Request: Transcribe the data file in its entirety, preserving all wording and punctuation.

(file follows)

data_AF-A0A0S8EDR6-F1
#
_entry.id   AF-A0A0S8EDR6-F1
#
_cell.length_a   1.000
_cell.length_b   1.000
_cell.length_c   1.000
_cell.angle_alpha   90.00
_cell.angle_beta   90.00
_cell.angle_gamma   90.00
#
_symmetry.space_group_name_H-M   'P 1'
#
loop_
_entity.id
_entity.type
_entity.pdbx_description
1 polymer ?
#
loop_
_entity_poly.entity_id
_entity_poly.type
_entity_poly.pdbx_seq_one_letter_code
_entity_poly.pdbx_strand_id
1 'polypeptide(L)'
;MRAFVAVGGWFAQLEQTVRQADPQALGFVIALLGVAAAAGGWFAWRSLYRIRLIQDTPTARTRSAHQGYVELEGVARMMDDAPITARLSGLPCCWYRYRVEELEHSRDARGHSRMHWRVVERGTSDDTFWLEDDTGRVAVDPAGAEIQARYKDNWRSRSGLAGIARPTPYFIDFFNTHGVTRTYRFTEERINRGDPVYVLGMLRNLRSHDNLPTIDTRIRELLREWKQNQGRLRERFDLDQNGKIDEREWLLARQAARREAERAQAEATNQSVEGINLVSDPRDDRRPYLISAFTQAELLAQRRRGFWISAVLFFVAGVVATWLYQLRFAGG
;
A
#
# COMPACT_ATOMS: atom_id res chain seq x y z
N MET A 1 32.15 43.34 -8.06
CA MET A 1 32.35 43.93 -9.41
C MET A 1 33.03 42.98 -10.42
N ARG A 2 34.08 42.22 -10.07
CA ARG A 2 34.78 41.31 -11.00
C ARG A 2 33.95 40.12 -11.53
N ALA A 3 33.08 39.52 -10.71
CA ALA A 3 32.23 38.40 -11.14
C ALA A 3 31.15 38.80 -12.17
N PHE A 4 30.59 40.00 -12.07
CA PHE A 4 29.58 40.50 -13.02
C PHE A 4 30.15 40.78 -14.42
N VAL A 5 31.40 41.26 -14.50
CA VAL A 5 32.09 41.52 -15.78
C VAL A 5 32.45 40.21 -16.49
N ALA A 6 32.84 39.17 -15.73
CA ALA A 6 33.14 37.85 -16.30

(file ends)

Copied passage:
data_AF-A0A0S8EDR6-F1
#
_entry.id   AF-A0A0S8EDR6-F1
#
_cell.length_a   1.000
_cell.length_b   1.000
_cell.length_c   1.000
_cell.angle_alpha   90.00
_cell.angle_beta   90.00
_cell.angle_gamma   90.00
#
_symmetry.space_group_name_H-M   'P 1'
#
loop_
_entity.id
_entity.type
_entity.pdbx_description
1 polymer ?
#
loop_
_entity_poly.entity_id
_entity_poly.type
_entity_poly.pdbx_seq_one_letter_code
_entity_poly.pdbx_strand_id
1 'polypeptide(L)'
;MRAFVAVGGWFAQLEQTVRQADPQALGFVIALLGVAAAAGGWFAWRSLYRIRLIQDTPTARTRSAHQGYVELEGVARMMDDAPITARLSGLPCCWYRYRVEELEHSRDARGHSRMHWRVVERGTSDDTFWLEDDTGRVAVDPAGAEIQARYKDNWRSRSGLAGIARPTPYFIDFFNTHGVTRTYRFTEERINRGDPVYVLGMLRNLRSHDNLPTIDTRIRELLREWKQNQGRLRERFDLDQNGKIDEREWLLARQAARREAERAQAEATNQSVEGINLVSDPRDDRRPYLISAFTQAELLAQRRRGFWISAVLFFVAGVVATWLYQLRFAGG
;
A
#
# COMPACT_ATOMS: atom_id res chain seq x y z
N MET A 1 32.15 43.34 -8.06
CA MET A 1 32.35 43.93 -9.41
C MET A 1 33.03 42.98 -10.42
N ARG A 2 34.08 42.22 -10.07
CA ARG A 2 34.78 41.31 -11.00
C ARG A 2 33.95 40.12 -11.53
N ALA A 3 33.08 39.52 -10.71
CA ALA A 3 32.23 38.40 -11.14
C ALA A 3 31.15 38.80 -12.17
N PHE A 4 30.59 40.00 -12.07
CA PHE A 4 29.58 40.50 -13.02
C PHE A 4 30.15 40.78 -14.42
N VAL A 5 31.40 41.26 -14.50
CA VAL A 5 32.09 41.52 -15.78
C VAL A 5 32.45 40.21 -16.49
N ALA A 6 32.84 39.17 -15.73
CA ALA A 6 33.14 37.85 -16.30